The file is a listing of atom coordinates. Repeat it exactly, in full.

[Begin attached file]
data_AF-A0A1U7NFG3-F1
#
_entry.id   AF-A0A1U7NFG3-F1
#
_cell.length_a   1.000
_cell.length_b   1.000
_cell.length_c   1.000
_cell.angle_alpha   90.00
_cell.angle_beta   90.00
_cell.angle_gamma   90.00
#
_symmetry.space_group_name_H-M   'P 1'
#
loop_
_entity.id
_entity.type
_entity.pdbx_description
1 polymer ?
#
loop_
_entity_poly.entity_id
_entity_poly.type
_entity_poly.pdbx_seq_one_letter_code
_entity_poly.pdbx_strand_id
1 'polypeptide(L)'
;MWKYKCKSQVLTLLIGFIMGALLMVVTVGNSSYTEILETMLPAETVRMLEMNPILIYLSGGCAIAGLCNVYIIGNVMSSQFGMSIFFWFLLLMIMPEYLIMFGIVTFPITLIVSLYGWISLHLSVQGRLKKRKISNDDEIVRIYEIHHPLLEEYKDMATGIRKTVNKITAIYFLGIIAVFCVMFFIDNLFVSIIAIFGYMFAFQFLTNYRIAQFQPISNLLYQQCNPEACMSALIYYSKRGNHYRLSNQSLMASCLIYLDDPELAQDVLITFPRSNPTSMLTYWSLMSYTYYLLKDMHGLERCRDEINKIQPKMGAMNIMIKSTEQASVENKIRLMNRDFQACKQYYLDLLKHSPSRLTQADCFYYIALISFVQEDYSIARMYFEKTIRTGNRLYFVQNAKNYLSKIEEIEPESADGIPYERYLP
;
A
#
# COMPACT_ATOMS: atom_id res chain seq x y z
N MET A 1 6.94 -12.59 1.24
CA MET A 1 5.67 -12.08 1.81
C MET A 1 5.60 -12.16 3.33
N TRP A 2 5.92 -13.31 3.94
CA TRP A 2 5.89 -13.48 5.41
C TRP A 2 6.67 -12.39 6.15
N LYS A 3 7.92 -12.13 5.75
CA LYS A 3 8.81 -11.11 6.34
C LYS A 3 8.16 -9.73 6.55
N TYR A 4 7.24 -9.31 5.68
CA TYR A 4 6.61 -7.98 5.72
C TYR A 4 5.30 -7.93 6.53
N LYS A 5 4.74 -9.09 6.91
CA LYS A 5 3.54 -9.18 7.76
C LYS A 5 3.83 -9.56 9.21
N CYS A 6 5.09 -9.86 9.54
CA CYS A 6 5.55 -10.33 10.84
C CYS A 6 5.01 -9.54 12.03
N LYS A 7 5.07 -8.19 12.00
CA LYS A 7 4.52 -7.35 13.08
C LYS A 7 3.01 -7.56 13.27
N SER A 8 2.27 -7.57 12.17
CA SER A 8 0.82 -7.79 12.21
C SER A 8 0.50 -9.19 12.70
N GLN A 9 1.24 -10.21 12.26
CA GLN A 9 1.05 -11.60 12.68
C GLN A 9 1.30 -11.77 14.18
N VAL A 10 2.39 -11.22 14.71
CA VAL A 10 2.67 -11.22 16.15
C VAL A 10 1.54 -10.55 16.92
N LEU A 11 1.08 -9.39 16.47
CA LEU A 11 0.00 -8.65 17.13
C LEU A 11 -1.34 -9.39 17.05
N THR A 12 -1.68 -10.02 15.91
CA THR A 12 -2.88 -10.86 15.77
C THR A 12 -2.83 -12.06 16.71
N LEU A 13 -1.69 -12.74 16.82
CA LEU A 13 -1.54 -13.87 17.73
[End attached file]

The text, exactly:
data_AF-A0A1U7NFG3-F1
#
_entry.id   AF-A0A1U7NFG3-F1
#
_cell.length_a   1.000
_cell.length_b   1.000
_cell.length_c   1.000
_cell.angle_alpha   90.00
_cell.angle_beta   90.00
_cell.angle_gamma   90.00
#
_symmetry.space_group_name_H-M   'P 1'
#
loop_
_entity.id
_entity.type
_entity.pdbx_description
1 polymer ?
#
loop_
_entity_poly.entity_id
_entity_poly.type
_entity_poly.pdbx_seq_one_letter_code
_entity_poly.pdbx_strand_id
1 'polypeptide(L)'
;MWKYKCKSQVLTLLIGFIMGALLMVVTVGNSSYTEILETMLPAETVRMLEMNPILIYLSGGCAIAGLCNVYIIGNVMSSQFGMSIFFWFLLLMIMPEYLIMFGIVTFPITLIVSLYGWISLHLSVQGRLKKRKISNDDEIVRIYEIHHPLLEEYKDMATGIRKTVNKITAIYFLGIIAVFCVMFFIDNLFVSIIAIFGYMFAFQFLTNYRIAQFQPISNLLYQQCNPEACMSALIYYSKRGNHYRLSNQSLMASCLIYLDDPELAQDVLITFPRSNPTSMLTYWSLMSYTYYLLKDMHGLERCRDEINKIQPKMGAMNIMIKSTEQASVENKIRLMNRDFQACKQYYLDLLKHSPSRLTQADCFYYIALISFVQEDYSIARMYFEKTIRTGNRLYFVQNAKNYLSKIEEIEPESADGIPYERYLP
;
A
#
# COMPACT_ATOMS: atom_id res chain seq x y z
N MET A 1 6.94 -12.59 1.24
CA MET A 1 5.67 -12.08 1.81
C MET A 1 5.60 -12.16 3.33
N TRP A 2 5.92 -13.31 3.94
CA TRP A 2 5.89 -13.48 5.41
C TRP A 2 6.67 -12.39 6.15
N LYS A 3 7.92 -12.13 5.75
CA LYS A 3 8.81 -11.11 6.34
C LYS A 3 8.16 -9.73 6.55
N TYR A 4 7.24 -9.31 5.68
CA TYR A 4 6.61 -7.98 5.72
C TYR A 4 5.30 -7.93 6.53
N LYS A 5 4.74 -9.09 6.91
CA LYS A 5 3.54 -9.18 7.76
C LYS A 5 3.83 -9.56 9.21
N CYS A 6 5.09 -9.86 9.54
CA CYS A 6 5.55 -10.33 10.84
C CYS A 6 5.01 -9.54 12.03
N LYS A 7 5.07 -8.19 12.00
CA LYS A 7 4.52 -7.35 13.08
C LYS A 7 3.01 -7.56 13.27
N SER A 8 2.27 -7.57 12.17
CA SER A 8 0.82 -7.79 12.21
C SER A 8 0.50 -9.19 12.70
N GLN A 9 1.24 -10.21 12.26
CA GLN A 9 1.05 -11.60 12.68
C GLN A 9 1.30 -11.77 14.18
N VAL A 10 2.39 -11.22 14.71
CA VAL A 10 2.67 -11.22 16.15
C VAL A 10 1.54 -10.55 16.92
N LEU A 11 1.08 -9.39 16.47
CA LEU A 11 0.00 -8.65 17.13
C LEU A 11 -1.34 -9.39 17.05
N THR A 12 -1.68 -10.02 15.91
CA THR A 12 -2.88 -10.86 15.77
C THR A 12 -2.83 -12.06 16.71
N LEU A 13 -1.69 -12.74 16.82
CA LEU A 13 -1.54 -13.87 17.73